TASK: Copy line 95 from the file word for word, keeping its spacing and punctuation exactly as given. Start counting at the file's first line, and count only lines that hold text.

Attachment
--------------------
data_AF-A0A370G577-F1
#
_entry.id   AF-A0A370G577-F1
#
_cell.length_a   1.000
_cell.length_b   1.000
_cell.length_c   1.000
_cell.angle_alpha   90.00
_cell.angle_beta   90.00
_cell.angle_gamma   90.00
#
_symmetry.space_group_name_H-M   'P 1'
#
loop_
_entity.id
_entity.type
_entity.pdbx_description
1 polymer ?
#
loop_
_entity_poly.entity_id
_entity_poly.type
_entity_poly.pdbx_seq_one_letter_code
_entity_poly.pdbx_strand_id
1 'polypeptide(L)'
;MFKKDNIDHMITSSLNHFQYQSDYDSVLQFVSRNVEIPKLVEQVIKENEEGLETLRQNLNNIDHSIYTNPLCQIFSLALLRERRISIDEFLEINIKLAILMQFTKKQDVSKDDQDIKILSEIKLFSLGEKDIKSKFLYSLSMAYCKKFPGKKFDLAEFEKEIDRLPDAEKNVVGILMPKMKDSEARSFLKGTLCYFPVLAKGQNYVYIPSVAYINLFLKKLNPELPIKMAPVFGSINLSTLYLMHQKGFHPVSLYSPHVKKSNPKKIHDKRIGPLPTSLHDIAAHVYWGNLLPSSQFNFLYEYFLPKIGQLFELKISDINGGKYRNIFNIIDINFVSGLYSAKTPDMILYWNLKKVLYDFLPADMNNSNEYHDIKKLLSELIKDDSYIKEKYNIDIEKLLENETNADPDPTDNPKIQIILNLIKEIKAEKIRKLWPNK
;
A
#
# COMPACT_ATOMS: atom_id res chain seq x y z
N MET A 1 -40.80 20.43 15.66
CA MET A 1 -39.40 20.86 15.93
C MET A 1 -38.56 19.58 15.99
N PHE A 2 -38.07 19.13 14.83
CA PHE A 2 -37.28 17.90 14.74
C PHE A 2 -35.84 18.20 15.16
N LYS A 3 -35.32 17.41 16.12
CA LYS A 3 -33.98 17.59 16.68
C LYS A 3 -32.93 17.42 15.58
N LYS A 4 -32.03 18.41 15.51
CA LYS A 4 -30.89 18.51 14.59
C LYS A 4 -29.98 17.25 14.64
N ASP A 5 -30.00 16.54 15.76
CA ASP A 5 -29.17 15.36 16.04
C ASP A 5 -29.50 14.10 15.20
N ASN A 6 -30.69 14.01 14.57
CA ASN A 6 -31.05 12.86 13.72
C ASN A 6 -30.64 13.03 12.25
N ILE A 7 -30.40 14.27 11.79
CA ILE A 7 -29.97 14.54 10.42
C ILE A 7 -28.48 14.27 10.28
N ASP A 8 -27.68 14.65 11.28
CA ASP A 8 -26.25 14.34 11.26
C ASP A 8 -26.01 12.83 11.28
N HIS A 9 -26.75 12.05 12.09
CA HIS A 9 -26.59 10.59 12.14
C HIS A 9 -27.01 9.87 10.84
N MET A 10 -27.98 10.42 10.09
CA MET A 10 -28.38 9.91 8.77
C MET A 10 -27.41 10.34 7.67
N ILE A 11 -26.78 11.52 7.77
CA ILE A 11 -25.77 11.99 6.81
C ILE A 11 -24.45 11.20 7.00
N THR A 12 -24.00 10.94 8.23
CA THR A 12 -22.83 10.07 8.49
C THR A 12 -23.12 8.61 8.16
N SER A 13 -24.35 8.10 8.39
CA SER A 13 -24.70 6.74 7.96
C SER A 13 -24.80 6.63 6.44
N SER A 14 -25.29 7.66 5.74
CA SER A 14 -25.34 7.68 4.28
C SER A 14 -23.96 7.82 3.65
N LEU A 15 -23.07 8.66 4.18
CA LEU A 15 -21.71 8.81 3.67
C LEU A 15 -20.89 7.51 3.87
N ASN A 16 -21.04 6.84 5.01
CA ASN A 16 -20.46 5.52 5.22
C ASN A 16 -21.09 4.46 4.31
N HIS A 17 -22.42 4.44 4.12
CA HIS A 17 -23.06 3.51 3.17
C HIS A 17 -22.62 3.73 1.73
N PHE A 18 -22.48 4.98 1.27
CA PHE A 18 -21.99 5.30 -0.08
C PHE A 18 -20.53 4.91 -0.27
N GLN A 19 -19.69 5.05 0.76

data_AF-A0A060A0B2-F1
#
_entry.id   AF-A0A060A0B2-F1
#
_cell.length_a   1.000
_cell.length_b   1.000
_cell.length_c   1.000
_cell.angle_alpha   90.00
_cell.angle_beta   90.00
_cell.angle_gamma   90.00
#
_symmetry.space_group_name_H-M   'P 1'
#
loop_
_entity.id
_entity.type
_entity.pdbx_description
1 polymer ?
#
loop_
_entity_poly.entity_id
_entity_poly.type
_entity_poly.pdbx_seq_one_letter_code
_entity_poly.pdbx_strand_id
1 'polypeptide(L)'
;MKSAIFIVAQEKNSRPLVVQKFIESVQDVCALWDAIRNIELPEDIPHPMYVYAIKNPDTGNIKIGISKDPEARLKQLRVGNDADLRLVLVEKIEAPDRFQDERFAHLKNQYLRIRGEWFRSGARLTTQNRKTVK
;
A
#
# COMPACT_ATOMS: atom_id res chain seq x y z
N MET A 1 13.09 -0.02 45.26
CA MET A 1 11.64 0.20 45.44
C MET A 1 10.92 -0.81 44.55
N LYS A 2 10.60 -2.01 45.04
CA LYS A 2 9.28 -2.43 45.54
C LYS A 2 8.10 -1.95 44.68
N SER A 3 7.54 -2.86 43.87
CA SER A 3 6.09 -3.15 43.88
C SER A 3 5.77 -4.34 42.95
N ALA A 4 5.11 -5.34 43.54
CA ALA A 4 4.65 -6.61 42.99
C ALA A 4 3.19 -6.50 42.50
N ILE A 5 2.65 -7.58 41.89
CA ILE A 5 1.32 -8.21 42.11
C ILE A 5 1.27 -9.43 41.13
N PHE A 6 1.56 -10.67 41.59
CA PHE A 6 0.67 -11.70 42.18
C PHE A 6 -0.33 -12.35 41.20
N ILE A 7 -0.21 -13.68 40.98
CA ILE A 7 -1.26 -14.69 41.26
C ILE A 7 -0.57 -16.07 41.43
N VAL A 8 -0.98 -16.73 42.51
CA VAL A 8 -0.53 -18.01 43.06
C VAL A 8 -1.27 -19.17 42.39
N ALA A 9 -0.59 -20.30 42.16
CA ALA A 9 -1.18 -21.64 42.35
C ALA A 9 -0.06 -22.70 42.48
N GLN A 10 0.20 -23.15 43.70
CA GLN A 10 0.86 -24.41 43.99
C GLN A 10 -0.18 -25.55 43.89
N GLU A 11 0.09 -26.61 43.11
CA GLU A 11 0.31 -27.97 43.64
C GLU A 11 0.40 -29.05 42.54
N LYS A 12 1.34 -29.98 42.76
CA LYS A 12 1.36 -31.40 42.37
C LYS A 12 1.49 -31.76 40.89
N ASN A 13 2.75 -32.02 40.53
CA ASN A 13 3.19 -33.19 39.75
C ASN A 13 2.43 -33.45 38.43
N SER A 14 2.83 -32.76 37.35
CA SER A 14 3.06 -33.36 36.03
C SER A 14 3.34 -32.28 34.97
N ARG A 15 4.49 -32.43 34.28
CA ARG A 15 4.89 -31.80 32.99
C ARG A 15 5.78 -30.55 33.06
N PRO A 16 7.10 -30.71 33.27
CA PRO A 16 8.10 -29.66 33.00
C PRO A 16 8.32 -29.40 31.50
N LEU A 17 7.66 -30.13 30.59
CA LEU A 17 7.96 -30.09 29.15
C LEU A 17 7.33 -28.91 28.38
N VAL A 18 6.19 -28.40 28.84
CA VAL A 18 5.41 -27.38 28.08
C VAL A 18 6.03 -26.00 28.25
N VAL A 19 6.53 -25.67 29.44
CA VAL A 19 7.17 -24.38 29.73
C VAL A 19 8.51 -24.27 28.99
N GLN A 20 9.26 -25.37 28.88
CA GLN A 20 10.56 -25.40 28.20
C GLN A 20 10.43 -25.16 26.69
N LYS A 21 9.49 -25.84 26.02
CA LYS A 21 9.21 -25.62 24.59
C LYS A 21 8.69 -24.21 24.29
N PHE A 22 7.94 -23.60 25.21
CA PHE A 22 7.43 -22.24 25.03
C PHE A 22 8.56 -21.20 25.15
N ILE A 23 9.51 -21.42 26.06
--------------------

_cell.angle_gamma   90.00